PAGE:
Table Saws | Shepley Wood Products

John Howell

Table saws are common and heavily used tool found on the jobsite. Unfortunately when not used properly they can cause serious injuries. When using a table saw, consider the following tips and safety measures.

Basic operating steps:

  • Only use equipment you are trained and authorized to operate.
  • When using hand-fed saws, adjust the height to limit the amount of exposed blade.
  • Hold the stock and push it into the blade.
  • Use the guide to maintain a straight cut at the desired width.
  • At the end of the cutting stroke, push it past the blade.

Point of operation hazards:

  • Injuries can occur if your hands slip while feeding the stock into the saw, or if you are holding your hand too close to the blade while cutting.
  • Injuries can also result when removing scraps or finished pieces of stock from the table.
  • If the saw is set up improperly, e.g., with the fence out of adjustment or the blade too high, the stock can either “kick back,” or your hand can be pulled toward the blade.


Kickbacks occur when the blade catches the stock and throws it back toward the operator. They are more likely to occur when performing rip cuts, rather than crosscuts.

They can result when:

  • The blade height is not correct.
  • The blade is not maintained properly.
  • Guards with anti-kickback devices or spreaders are not used or adjusted correctly, particularly when using wet or poor-quality lumber.

To avoid kickbacks:

  • When ripping stock, use a spreader to prevent material from squeezing the saw or kicking back during the process.
  • Use anti-kickback fingers to hold the stock down.
  • Maintain the blades and sharpen blade teeth on a regular basis.

Safety precautions:

  • Ensure that the saw components (blade, guard, arbor, fence, etc.) are adjusted correctly and the blade is sharp.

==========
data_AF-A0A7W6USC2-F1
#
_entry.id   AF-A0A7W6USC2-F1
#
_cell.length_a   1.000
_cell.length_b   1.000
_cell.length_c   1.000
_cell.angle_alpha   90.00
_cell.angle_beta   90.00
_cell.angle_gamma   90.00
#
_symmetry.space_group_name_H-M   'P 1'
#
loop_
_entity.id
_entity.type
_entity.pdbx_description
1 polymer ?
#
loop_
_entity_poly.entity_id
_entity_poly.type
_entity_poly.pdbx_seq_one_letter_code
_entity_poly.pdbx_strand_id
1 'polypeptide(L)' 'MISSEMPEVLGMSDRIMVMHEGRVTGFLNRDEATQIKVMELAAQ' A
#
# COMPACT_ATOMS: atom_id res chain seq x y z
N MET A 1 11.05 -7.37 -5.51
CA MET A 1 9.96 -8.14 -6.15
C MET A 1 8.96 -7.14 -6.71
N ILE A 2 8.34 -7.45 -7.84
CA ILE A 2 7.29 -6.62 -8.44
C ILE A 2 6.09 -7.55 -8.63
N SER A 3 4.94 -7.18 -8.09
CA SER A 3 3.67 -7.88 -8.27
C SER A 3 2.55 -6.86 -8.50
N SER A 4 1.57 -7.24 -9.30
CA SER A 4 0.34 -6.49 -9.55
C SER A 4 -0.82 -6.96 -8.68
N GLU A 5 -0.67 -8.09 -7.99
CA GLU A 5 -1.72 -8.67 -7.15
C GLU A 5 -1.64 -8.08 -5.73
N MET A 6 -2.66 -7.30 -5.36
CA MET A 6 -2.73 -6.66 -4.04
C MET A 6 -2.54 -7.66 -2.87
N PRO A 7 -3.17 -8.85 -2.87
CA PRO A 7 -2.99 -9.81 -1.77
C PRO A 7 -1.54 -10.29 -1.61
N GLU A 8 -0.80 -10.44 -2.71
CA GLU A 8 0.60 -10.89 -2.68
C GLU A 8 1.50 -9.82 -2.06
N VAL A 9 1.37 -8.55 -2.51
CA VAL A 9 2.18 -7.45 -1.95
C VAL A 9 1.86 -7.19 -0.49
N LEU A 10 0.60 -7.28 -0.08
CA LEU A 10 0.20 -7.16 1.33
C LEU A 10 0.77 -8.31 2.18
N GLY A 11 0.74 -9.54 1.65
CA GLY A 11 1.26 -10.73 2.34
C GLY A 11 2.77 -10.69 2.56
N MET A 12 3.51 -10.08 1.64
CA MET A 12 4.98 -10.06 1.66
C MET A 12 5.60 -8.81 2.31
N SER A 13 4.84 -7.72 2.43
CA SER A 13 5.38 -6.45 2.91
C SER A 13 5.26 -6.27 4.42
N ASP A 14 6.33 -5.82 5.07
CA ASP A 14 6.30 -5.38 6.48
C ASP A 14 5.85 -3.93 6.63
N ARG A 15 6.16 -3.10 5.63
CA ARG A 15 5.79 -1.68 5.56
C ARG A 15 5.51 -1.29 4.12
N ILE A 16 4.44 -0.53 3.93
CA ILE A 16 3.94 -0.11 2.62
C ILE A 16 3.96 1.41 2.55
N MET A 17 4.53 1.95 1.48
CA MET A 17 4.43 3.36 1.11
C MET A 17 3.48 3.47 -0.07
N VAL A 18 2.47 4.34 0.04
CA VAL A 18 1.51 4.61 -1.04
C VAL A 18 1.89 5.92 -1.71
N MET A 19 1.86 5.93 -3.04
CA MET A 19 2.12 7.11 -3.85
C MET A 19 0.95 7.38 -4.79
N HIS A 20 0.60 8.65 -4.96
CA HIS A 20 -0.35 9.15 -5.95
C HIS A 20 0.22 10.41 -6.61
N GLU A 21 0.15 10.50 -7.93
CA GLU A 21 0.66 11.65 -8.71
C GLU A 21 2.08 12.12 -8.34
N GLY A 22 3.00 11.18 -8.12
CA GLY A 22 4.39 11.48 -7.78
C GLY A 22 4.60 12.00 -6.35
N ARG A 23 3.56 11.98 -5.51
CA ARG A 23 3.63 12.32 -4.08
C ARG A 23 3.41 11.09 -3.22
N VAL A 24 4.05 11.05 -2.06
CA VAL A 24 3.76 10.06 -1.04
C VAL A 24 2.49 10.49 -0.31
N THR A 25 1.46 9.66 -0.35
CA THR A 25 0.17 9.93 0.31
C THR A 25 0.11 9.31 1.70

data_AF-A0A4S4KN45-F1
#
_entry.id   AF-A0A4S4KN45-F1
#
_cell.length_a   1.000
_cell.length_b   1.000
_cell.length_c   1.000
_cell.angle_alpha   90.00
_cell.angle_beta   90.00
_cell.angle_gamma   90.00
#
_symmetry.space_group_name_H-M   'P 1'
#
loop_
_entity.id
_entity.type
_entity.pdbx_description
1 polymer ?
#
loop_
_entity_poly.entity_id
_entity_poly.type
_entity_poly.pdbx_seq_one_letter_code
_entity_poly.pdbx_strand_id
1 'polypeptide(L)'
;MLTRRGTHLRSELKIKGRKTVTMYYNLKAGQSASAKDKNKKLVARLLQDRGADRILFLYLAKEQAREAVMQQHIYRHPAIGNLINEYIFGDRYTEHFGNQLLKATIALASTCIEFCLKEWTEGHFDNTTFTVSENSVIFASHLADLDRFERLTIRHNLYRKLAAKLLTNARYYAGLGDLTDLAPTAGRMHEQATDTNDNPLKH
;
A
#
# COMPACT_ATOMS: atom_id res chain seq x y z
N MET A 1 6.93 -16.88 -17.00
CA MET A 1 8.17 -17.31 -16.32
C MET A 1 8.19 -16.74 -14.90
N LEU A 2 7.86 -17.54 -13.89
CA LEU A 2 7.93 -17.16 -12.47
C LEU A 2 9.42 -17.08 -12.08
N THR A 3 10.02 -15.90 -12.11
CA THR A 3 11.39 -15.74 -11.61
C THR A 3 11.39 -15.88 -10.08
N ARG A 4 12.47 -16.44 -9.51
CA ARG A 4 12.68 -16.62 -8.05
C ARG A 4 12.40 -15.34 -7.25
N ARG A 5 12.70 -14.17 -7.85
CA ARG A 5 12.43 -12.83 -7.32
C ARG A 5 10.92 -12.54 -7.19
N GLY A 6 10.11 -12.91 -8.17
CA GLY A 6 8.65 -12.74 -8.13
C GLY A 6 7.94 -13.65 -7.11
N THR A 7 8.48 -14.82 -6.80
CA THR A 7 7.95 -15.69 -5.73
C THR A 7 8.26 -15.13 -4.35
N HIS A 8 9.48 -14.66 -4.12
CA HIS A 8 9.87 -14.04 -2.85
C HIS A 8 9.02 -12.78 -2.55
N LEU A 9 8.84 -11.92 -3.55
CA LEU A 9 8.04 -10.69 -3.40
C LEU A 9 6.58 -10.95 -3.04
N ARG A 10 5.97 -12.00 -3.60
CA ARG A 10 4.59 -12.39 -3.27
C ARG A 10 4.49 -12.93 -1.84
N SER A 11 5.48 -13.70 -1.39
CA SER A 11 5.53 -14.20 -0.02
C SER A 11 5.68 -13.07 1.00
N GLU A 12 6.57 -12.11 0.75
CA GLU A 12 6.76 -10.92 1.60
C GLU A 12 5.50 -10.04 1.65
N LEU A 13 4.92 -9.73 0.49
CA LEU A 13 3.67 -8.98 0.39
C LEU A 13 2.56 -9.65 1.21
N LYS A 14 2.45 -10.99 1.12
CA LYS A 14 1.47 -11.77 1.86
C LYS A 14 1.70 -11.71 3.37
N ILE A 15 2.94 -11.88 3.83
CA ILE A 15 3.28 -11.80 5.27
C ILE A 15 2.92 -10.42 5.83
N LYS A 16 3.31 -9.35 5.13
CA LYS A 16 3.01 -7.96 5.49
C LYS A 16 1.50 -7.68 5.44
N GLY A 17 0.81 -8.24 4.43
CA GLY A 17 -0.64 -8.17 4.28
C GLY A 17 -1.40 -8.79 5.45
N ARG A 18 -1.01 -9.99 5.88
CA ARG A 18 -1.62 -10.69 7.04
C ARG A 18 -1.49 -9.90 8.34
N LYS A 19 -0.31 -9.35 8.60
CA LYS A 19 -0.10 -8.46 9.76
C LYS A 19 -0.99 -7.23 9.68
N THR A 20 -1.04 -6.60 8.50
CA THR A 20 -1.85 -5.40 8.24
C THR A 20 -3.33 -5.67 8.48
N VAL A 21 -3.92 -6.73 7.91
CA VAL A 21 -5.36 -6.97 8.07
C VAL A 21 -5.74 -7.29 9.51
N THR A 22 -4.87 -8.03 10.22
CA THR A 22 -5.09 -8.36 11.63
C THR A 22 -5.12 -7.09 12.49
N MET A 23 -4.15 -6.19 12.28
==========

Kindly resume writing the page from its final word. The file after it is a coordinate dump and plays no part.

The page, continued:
• Ensure that the blade is designed for the type of cutting being done and fits the saw’s arbor precisely.
  • Enclose the portion of the saw above the table with a self-adjusting guard that will adjust to the thickness of the material being cut and remain in contact with it.
  • Ensure that anti-kickback and spreader devices are in place and adjusted correctly.
  • Establish and follow lockout requirements for service or maintenance of the table saw.
  • Wear the appropriate personal protective equipment (PPE).
  • Use a push stick for small pieces of wood and for pushing stock past the blade.
  • Do not reach over the blade.

Consider purchasing a SawStop table saw, we use Sawstop table saws in our shop at Shepley. Not only have we prevented two serious injuries but the saws have proven to be real work horses. Our shop foreman, Marc Angiolillo, is happy to answer any questions you may have.

Sawstop just released an awesome mobile jobsite saw worth taking a look at.

How it works

  • The blade carries a small electrical signal.
  • When skin contacts the blade, the signal changes because the human body is conductive.
  • The change to the signal activates the safety system.
  • An aluminum brake springs into the spinning blade, stopping it in less than 5 milliseconds!
  • The blade’s angular momentum drives it beneath the table, removing the risk of subsequent contact.
  • Power to the motor is shut off.

NOTE: Always promote a discussion on any of the topics covered in the Tool Box Talks. Should any question arise that you cannot answer, don’t hesitate to contact your Employer.